How does a blockchain transaction work?

Let’s take a look at the workflow for a typical bitcoin transaction: Pablo wants to send Barbara one bitcoin.

  1. Pablo initiates the transaction using his bitcoin wallet (comparable to a bank account number) and specifies Barbara’s wallet address. Pablo authorizes the transaction digitally with his private key, which is comparable to his online banking pin. This digital signature validates the authenticity of the transaction.
  2. Pablo’s requested transaction is broadcasted to the entire Bitcoin network, consisting of computers (“nodes”) that validate transactions.
  3. These nodes confirm that Pablo has sufficient funds and the digital signature is correct before validating his transaction. 
  4. A special group of Bitcoin network participants called “miners” finally validates the transaction and combines it with other transactions into a new block (see the Bitcoin microsite for more information on Bitcoin mining)
  5. The blocks are chained together creating a permanent history of all transactions.
  6. Once the block is added to the blockchain and a certain number of blocks are created after it, the transaction is finalized. Barbara’s wallet will reflect the received bitcoin from Pablo.


Source: DWS International GmbH, 2024

The heart of a blockchain protocol: The consensus mechanism

The consensus mechanism is essential for blockchains to achieve a common and secure ledger. By requiring consensus among many distributed computers, it is extremely difficult for bad actors to manipulate the ledger. Thus, the consensus mechanism enables the blockchain participants to agree on transactions.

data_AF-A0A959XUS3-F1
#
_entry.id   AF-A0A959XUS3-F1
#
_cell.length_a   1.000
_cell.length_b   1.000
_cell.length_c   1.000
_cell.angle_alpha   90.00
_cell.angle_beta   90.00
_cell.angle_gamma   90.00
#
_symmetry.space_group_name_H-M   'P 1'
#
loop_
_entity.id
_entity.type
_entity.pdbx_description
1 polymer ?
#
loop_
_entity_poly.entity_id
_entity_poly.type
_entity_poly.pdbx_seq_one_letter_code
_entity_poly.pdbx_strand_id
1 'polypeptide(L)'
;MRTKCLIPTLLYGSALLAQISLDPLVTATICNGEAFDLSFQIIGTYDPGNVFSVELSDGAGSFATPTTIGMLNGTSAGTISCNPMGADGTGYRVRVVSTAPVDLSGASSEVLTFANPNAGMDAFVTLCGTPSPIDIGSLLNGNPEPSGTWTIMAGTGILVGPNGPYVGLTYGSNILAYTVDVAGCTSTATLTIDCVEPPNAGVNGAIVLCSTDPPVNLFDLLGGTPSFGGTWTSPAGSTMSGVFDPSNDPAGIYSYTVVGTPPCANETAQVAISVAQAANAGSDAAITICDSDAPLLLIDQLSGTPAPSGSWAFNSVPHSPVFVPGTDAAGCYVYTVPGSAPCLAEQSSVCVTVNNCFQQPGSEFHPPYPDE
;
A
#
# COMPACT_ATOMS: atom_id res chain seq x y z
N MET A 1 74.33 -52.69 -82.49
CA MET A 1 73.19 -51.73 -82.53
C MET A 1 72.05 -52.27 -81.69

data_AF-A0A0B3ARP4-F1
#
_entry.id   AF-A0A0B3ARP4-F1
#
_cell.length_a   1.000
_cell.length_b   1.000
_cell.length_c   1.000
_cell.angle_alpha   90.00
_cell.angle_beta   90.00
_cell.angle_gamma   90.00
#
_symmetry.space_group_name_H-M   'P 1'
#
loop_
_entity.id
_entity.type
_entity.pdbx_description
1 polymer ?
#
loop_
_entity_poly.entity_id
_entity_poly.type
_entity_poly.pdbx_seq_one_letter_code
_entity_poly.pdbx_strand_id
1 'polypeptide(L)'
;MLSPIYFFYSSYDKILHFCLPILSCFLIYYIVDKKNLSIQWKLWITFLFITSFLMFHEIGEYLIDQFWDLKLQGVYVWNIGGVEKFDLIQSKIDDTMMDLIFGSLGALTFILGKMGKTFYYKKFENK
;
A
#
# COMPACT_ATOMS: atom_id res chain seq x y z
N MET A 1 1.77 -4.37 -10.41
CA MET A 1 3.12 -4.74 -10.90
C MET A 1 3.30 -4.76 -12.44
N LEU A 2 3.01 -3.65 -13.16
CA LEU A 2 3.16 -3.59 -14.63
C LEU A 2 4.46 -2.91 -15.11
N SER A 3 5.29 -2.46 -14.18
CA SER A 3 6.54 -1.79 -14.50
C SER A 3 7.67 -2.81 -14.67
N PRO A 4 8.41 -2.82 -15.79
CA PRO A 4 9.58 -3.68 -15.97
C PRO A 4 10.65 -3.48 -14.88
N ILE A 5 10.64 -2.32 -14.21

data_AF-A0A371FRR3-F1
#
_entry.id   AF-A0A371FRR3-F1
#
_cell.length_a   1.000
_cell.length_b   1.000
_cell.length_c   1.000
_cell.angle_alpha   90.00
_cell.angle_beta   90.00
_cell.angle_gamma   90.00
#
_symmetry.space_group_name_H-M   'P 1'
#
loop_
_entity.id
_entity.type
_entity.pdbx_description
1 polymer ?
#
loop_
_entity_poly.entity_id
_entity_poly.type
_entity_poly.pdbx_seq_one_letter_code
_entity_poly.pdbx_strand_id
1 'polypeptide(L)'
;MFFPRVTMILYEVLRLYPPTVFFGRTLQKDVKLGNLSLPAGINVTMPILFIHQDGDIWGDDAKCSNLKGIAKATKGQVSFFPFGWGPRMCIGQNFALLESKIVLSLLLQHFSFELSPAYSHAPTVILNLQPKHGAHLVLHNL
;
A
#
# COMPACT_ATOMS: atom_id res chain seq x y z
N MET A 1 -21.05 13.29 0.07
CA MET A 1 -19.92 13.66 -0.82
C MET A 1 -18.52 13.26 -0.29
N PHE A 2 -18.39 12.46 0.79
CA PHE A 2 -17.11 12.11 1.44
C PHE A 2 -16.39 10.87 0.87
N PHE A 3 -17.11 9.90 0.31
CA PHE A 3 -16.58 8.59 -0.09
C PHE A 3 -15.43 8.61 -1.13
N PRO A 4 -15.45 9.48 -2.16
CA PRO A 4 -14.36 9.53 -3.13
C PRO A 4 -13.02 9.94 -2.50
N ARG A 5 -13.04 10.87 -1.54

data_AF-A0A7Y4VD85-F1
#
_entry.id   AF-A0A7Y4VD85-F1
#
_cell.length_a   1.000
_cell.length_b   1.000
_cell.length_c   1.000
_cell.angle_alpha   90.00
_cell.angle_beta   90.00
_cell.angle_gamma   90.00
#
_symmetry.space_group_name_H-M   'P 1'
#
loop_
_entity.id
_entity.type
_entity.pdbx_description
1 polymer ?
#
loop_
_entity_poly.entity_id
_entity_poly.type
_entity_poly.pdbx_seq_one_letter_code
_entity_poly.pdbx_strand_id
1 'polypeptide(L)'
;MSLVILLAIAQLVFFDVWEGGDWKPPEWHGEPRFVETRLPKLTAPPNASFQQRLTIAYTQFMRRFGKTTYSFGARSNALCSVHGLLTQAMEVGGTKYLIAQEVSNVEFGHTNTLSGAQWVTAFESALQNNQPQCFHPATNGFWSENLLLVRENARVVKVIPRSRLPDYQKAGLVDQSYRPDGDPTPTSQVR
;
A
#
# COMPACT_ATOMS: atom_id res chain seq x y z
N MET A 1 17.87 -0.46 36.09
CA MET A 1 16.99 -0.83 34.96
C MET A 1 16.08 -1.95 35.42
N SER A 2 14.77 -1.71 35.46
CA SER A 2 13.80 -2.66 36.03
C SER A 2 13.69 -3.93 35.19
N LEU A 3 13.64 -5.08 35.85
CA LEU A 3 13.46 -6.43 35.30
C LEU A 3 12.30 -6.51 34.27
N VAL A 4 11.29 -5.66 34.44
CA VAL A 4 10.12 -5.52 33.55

There are several types of consensus mechanisms, each with unique strengths and weaknesses. They differ in their technical setup, energy requirements and reward systems. The most common ones are:

Icon_Proof of work.png

Proof of Work (PoW):

New blocks are added to the blockchain by “miners”.
Bitcoin is the most prominent example of a PoW blockchain. (See Bitcoin microsite for more details)

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Proof of Stake (PoS)

New blocks are added to the blockchain by “validators”.
Ethereum is the most prominent example of a PoS blockchain. (See Ethereum microsite for more details)

How are blockchains governed?